Other People

by Martin Amis | Literature & Fiction |
ISBN: 0140060065 Global Overview for this book
Registered by wingNetstationwing of Coventry, West Midlands United Kingdom on 7/3/2004
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This book is in the wild! This Book is Currently in the Wild!
3 journalers for this copy...
Journal Entry 1 by wingNetstationwing from Coventry, West Midlands United Kingdom on Saturday, July 03, 2004
Like a ghost or a fugitive, Mary roams through London -- pursuing and pursued by memory and forgetting, by the compelling Amy Hide and the charming Mr. Wrong.

I really enjoyed this. The idea of total memory loss such as Mary has suffered has sometimes seemed appealing to me and Amis' exploration of the idea has its own charm. Certainly, with no preconceptions of the results of her actions Mary finds decision making surprisingly easy. Those results are not always pleasant, however!

A quick read, more of a novella than a novel, and recommended to anyone who enjoys thoughtful writing.

Journal Entry 2 by wingNetstationwing at on Monday, November 29, 2004

Released 15 yrs ago (11/30/2004 UTC) at



Trying to maintain my, as yet, undeserved reputation as a good 'picker' of books for others I've chosen this one for semioticghost.

Journal Entry 3 by Semioticghost from Ipswich, Suffolk United Kingdom on Friday, December 03, 2004
Received today - doubt you will sully your reputation as an accomplished picker of books - multiple evidence in favour so far! Thanks ever so much.

Journal Entry 4 by Semioticghost from Ipswich, Suffolk United Kingdom on Friday, January 14, 2005
Mary Lamb's Tale of Mystery and Alienation is set in a London after the event of her total amnesia. Her observations of Other People are astute and unsullied by prior knowledge. She meanders through London like a charmed automaton, aware, but not in control of her memory and her forgetting. Her deadly sins are different from those we know - her seven deadly sins are venality, paranoia, insecurity, excess, carnality, contempt, boredom.

The prose is stuniing in places:

"{Mary] might smash. I see her as a crystal glas that someone has taped too hard with his knife; she sings along her breaking line."

"In her face was all the relief of having no further to fall. The girl's good eye still held Mary - see? See? if seemed to say. I'm lost at last, lost."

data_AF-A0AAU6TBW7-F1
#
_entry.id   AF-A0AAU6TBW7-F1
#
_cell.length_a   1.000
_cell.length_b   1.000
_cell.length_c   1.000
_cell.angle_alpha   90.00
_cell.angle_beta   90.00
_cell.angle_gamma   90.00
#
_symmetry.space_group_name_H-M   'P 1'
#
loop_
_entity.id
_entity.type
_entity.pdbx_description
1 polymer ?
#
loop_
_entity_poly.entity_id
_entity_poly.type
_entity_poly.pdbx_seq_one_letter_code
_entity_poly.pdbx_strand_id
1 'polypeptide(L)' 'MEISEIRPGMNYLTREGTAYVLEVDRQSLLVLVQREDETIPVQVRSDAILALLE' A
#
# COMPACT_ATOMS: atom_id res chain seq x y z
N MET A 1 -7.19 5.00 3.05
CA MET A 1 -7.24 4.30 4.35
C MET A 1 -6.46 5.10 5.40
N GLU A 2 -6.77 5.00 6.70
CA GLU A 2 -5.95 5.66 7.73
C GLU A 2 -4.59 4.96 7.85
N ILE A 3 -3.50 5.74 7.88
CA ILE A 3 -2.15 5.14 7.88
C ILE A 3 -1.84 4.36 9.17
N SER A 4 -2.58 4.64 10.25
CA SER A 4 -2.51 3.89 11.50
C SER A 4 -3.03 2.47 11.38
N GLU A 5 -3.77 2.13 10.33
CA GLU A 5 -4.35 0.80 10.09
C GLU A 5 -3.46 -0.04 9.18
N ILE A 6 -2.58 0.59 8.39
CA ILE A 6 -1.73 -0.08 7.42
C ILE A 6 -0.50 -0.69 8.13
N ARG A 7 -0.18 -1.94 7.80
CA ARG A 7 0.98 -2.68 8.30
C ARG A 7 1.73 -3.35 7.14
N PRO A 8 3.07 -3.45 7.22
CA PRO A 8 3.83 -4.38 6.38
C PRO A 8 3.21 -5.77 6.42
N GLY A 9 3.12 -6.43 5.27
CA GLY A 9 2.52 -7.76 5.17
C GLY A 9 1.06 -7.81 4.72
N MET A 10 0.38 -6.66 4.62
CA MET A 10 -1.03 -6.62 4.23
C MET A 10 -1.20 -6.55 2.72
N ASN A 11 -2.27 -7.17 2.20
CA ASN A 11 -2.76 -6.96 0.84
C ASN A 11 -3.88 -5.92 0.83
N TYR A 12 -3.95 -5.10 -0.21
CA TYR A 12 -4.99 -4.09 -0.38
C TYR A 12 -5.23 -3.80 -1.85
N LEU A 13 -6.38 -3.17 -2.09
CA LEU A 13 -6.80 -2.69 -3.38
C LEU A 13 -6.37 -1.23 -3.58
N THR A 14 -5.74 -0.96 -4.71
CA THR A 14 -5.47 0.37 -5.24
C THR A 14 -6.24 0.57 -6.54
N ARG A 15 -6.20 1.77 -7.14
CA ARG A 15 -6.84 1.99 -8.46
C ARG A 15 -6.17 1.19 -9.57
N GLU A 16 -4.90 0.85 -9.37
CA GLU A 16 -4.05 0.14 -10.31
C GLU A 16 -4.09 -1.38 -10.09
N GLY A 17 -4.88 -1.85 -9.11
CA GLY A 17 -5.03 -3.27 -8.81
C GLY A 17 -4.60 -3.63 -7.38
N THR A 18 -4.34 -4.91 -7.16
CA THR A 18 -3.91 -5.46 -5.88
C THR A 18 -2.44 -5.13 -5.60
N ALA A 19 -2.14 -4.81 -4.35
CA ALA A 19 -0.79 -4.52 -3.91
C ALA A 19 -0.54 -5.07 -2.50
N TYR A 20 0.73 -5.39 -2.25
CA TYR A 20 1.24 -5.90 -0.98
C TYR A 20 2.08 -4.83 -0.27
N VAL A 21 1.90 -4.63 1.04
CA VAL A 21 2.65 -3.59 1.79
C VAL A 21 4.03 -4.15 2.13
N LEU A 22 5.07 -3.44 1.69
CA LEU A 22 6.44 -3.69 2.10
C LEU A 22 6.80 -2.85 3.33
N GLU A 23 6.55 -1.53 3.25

Journal Entry 5 by Semioticghost at on Friday, January 14, 2005

Released 14 yrs ago (1/15/2005 UTC) at



To be released at the second Ipswich Bookcrossing meetup, either to other bookcrossers who might be there or for wild release in the town centre after the meetup. Maybe we can drum up a bit more support for bookcrossing in this lovely town!

Journal Entry 6 by BookGroupMan from Criccieth, Wales United Kingdom on Saturday, January 15, 2005
Thanks Esther...as always, a pleasure to meet you :)

Journal Entry 7 by BookGroupMan from Criccieth, Wales United Kingdom on Thursday, May 17, 2007
*includes spoiler*

Thanks to SemioticGhost for pushing this on me...I think that’s what happened, I’ve had it to-be-read for the longest time :(

Phew, where do start with this very clever, deep and noir urban fairytale. I must admit that I only think that I understand this book, its challenging, but wonderfully written with some staggering prose and descriptions of innocence, human weaknesses and depravity. So, in a nutshell, we all have a ‘dark side’, even if we don’t sink to the depths of Amy Hide, and probably conversely we all have a more childlike worldview (Mary Lamb). The clever pretext is that teenage Amy ‘goes bad’, is amost killed (by a violent partner?) and suffers a severe trauma losing not only her memory of people, events, herself, but also the names and functions of everyday things...clouds, telephones, differentiation of male, female, the young and the old...of course all the above could just be a dream, or part of psychotic episode! As she starts to re-learn the latter and recover snatches of the former, she gets inexorably drawn into London’s seedy and sad worlds of violence, drunkeness, depressing fecklessness and hopelessness of the poor in spirit, if not money. She meets a lot of 'Other People', more or less shades/gradations of the human psyche.

I was quite pleased with myself for spotting some of the simpler metaphors; the Policeman who guides Mary and eventually saves her is Prince (charming), the innocent Mary Lamb is another side of the personality of Amy Hide – but which is real, as with Stevenson’s Dr. Jekyl & Mr. Hyde, they both are. The obvious shady ‘Mr Wrong’, how could he be ‘Mr Right’!

So, ‘Mary’ can’t re-write history, and her memory is not lost, just temporarily mislaid, too painful or embarrasing to cope with? And, despite the gloom, there is a positive outcome, and the possibility that one can reconcile the 2 (many?) parts of ones character, as Amy is forced to do, re-create herself as a better, more self-aware individual.

I would like to pass this on, but need to think carefully about who would appreciate it, unless anyone here has other ideas on where this book goes next?


Passed on to my young bro' in another attempt get him involved here! Will be on its way to Denver next week...and hopefully a journal and onward travel :)

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